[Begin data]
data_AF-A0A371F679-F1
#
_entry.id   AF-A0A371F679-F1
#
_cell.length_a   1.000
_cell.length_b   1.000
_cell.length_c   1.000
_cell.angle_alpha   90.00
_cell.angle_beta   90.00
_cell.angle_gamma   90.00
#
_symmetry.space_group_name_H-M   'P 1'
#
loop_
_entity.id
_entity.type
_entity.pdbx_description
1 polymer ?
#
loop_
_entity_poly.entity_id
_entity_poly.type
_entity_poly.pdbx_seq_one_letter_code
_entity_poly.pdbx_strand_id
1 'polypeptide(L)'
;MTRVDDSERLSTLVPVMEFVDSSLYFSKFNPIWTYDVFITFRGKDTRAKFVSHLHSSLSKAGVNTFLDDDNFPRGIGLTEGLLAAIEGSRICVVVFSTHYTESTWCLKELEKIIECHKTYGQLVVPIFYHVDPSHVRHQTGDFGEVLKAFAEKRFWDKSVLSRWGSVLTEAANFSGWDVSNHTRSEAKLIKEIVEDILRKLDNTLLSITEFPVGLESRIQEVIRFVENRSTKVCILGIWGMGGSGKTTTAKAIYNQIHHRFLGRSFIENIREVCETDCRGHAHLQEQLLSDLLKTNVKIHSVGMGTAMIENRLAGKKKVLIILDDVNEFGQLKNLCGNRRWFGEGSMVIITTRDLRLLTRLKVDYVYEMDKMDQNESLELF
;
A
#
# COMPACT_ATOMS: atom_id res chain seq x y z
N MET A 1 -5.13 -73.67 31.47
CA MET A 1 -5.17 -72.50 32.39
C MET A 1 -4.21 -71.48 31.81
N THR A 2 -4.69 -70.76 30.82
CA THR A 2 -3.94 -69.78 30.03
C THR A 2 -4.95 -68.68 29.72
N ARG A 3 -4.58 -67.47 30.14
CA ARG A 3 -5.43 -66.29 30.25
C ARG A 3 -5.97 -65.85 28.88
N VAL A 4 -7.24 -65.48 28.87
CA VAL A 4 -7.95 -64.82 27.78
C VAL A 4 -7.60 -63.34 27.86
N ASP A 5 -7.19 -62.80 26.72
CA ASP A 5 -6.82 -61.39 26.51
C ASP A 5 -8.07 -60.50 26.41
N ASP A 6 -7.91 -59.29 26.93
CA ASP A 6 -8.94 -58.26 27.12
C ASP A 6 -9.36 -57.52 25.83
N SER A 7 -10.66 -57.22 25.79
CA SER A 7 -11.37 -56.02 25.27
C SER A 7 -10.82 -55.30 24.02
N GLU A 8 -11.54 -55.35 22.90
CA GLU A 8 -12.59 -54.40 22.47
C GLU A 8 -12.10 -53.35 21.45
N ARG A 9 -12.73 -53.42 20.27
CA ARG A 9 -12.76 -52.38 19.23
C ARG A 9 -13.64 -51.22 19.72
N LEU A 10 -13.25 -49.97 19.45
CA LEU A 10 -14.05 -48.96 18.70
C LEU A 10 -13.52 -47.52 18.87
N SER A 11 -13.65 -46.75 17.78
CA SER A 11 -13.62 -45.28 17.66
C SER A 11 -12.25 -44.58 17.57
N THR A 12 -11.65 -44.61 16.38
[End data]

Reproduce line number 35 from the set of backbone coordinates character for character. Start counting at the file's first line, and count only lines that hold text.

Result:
CA THR A 2 -3.94 -69.78 30.03